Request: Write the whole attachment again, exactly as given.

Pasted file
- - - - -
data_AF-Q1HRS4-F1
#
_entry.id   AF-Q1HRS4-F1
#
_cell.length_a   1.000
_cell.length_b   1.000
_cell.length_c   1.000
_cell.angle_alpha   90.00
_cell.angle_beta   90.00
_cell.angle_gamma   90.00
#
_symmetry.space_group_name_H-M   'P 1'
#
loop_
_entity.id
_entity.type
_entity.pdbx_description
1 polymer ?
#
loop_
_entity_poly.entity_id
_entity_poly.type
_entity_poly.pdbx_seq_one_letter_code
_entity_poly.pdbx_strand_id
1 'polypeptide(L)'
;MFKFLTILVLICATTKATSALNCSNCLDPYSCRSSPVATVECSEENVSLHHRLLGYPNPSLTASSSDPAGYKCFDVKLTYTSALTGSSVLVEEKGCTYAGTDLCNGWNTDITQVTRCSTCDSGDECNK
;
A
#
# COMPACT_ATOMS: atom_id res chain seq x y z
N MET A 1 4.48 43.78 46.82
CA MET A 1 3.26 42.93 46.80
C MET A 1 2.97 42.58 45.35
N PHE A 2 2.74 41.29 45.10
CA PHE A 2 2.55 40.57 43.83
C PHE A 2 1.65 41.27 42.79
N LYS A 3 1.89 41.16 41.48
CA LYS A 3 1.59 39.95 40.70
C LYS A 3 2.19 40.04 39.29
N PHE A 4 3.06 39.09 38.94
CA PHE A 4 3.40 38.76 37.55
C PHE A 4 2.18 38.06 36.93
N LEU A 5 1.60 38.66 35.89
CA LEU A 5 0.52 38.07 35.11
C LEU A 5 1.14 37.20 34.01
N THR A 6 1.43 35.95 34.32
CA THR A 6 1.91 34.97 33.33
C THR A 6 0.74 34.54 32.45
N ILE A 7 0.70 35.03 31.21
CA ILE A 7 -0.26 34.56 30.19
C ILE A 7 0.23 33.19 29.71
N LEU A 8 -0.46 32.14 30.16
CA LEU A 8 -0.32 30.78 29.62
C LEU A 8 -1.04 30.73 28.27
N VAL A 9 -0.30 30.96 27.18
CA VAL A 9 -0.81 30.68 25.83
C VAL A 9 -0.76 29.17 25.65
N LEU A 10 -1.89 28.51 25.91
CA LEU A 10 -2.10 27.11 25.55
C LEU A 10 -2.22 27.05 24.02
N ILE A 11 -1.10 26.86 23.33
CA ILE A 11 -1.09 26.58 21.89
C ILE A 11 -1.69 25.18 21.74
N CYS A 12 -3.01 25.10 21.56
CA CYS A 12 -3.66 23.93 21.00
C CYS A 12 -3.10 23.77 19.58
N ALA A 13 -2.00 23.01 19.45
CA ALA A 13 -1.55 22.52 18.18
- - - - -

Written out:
data_AF-Q1HRS4-F1
#
_entry.id   AF-Q1HRS4-F1
#
_cell.length_a   1.000
_cell.length_b   1.000
_cell.length_c   1.000
_cell.angle_alpha   90.00
_cell.angle_beta   90.00
_cell.angle_gamma   90.00
#
_symmetry.space_group_name_H-M   'P 1'
#
loop_
_entity.id
_entity.type
_entity.pdbx_description
1 polymer ?
#
loop_
_entity_poly.entity_id
_entity_poly.type
_entity_poly.pdbx_seq_one_letter_code
_entity_poly.pdbx_strand_id
1 'polypeptide(L)'
;MFKFLTILVLICATTKATSALNCSNCLDPYSCRSSPVATVECSEENVSLHHRLLGYPNPSLTASSSDPAGYKCFDVKLTYTSALTGSSVLVEEKGCTYAGTDLCNGWNTDITQVTRCSTCDSGDECNK
;
A
#
# COMPACT_ATOMS: atom_id res chain seq x y z
N MET A 1 4.48 43.78 46.82
CA MET A 1 3.26 42.93 46.80
C MET A 1 2.97 42.58 45.35
N PHE A 2 2.74 41.29 45.10
CA PHE A 2 2.55 40.57 43.83
C PHE A 2 1.65 41.27 42.79
N LYS A 3 1.89 41.16 41.48
CA LYS A 3 1.59 39.95 40.70
C LYS A 3 2.19 40.04 39.29
N PHE A 4 3.06 39.09 38.94
CA PHE A 4 3.40 38.76 37.55
C PHE A 4 2.18 38.06 36.93
N LEU A 5 1.60 38.66 35.89
CA LEU A 5 0.52 38.07 35.11
C LEU A 5 1.14 37.20 34.01
N THR A 6 1.43 35.95 34.32
CA THR A 6 1.91 34.97 33.33
C THR A 6 0.74 34.54 32.45
N ILE A 7 0.70 35.03 31.21
CA ILE A 7 -0.26 34.56 30.19
C ILE A 7 0.23 33.19 29.71
N LEU A 8 -0.46 32.14 30.16
CA LEU A 8 -0.32 30.78 29.62
C LEU A 8 -1.04 30.73 28.27
N VAL A 9 -0.30 30.96 27.18
CA VAL A 9 -0.81 30.68 25.83
C VAL A 9 -0.76 29.17 25.65
N LEU A 10 -1.89 28.51 25.91
CA LEU A 10 -2.10 27.11 25.55
C LEU A 10 -2.22 27.05 24.02
N ILE A 11 -1.10 26.86 23.33
CA ILE A 11 -1.09 26.58 21.89
C ILE A 11 -1.69 25.18 21.74
N CYS A 12 -3.01 25.10 21.56
CA CYS A 12 -3.66 23.93 21.00
C CYS A 12 -3.10 23.77 19.58
N ALA A 13 -2.00 23.01 19.45
CA ALA A 13 -1.55 22.52 18.18